Guardian scribe, George Monbiot, sees a dark ideology at play in the political ranks of Brexiteers who would be happy with a 'no-deal' Brexit.
We make a mistake when we assume that money is the main motivation. Our unreformed, corrupt and corrupting political funding system ensures it is an important factor. But what counts above all else is ideology, as ideology successfully pursued is the means to power. You cannot exercise true power over other people unless you can shape the way they think, and shape their behaviour on the basis of that thought. The long-term interests of ideology differ from the short-term interests of politics.
This, I believe, is the key to understanding what is happening today. The Brexit ultras in government are not just Brexit ultras. They are neoliberal ultras, and Brexit is a highly effective means of promoting this failed ideology. It’s the ultimate shock doctrine, using a public emergency to justify the imposition of policies that wouldn’t be accepted in ordinary times. Whether they really want no deal or not, the threat of it creates the political space in which they can apply their ideas.
Neoliberalism is the ideology developed by people such as Friedrich Hayek and Milton Friedman. It is not just a set of free-market ideas, but a focused discipline, deliberately applied around the world. It treats competition as humanity’s defining characteristic, sees citizens as consumers and “the market” as society’s organising principle. The market, it claims, sorts us into a natural hierarchy of winners and losers. Any attempt by politics to intervene disrupts the discovery of this natural order.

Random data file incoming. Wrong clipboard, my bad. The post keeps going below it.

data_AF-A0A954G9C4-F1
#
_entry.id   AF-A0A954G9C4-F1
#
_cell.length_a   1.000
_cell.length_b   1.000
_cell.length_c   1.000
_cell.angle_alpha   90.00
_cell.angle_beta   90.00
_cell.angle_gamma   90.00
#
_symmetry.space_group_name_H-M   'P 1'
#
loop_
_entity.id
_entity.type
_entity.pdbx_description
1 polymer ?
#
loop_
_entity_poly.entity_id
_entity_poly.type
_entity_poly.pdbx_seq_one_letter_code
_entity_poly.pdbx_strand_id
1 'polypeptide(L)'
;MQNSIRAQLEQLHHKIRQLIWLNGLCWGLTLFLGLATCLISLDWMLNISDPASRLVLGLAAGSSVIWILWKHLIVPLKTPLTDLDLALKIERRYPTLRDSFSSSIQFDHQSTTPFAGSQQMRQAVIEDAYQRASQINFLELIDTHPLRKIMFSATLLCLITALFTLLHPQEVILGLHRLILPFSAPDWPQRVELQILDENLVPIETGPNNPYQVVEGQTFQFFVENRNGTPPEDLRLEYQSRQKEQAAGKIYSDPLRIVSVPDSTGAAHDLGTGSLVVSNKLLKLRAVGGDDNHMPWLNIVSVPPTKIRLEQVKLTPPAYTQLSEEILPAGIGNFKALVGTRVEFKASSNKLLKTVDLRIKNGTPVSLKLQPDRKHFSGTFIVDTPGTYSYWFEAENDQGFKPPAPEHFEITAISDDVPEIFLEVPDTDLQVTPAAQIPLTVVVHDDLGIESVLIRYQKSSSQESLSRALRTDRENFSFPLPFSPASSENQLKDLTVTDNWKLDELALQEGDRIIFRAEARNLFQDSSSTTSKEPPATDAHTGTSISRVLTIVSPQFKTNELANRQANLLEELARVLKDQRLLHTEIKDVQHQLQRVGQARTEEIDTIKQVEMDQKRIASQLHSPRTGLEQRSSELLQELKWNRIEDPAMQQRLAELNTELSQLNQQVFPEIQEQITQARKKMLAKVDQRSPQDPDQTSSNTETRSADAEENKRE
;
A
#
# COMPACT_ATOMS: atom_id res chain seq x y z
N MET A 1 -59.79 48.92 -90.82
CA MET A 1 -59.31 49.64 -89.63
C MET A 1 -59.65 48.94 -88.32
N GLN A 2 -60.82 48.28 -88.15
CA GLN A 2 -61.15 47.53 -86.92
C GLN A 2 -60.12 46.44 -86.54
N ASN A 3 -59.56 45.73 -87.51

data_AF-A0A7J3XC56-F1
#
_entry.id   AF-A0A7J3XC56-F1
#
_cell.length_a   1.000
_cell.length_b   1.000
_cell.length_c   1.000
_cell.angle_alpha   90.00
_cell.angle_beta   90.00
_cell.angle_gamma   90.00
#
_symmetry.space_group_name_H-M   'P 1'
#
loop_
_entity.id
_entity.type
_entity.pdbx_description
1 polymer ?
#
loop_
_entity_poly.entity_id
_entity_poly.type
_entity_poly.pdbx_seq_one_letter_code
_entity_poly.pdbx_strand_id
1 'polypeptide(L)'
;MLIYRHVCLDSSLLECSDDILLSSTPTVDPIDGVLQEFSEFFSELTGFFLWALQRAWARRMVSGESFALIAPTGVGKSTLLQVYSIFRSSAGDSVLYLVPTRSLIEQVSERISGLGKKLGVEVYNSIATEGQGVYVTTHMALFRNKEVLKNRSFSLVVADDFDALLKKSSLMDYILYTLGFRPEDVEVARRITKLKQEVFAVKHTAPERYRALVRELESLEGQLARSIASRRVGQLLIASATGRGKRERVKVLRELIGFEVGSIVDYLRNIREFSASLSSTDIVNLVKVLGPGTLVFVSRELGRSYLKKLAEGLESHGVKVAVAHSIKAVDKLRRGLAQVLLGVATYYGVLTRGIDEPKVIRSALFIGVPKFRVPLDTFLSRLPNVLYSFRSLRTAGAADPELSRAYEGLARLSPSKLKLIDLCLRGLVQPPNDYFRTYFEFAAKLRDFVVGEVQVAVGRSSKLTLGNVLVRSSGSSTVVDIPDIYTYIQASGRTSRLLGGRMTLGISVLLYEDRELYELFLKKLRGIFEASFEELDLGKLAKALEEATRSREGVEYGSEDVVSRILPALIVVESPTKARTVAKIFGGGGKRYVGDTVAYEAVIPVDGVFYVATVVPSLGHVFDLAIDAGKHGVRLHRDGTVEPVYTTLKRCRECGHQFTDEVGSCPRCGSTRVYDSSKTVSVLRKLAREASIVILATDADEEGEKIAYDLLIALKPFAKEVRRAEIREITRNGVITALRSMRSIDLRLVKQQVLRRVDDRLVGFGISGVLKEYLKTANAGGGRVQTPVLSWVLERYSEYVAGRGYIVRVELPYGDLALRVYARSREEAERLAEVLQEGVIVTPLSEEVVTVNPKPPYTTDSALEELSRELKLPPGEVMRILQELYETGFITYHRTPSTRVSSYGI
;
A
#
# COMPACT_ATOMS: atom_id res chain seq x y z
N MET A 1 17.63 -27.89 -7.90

...The doctrine was imposed by central banks, the IMF, the Maastricht treaty and the World Trade Organization. By shutting down political choice, governments and international bodies created a kind of totalitarian capitalism.
It has failed on its own terms, and in many other ways. Far from creating general prosperity, growth has been slower in the neoliberal era than it was in preceding decades, and most of its fruits have been gathered by the rich. Far from stimulating an enterprise economy, it has created a gilded age for rent-seekers. Far from eliminating bureaucracy, it has created a Kafkaesque system of mad diktats and stifling control. It has fomented ecological, social, political, economic and financial crises, culminating in the 2008 crash. Yet, perhaps because its opponents have not produced a new, compelling story of their own, it still dominates our lives.
...Johnson uses neoliberal framing to justify his attacks on public safety. He wants to pull down environmental standards, create free ports in which businesses can avoid tax and regulation, and strike a rapid trade deal with the United States that is likely to rip up animal welfare rules and threaten the survival of the NHS.
He rages against red tape, but the real red tape is created by the international trade treaties he favours, that render democratic change almost impossible, through rules that protect capital against popular challenge, and shift decision-making away from parliaments and into unaccountable offshore courts (“investor-state dispute settlement”). This explains the enthusiasm among some on the left for Brexit: a belief that escaping from the EU means escaping from coercive trade instruments. In reality, it exposes us to something even worse, as the UK enters negotiations with the US, holding a begging bowl.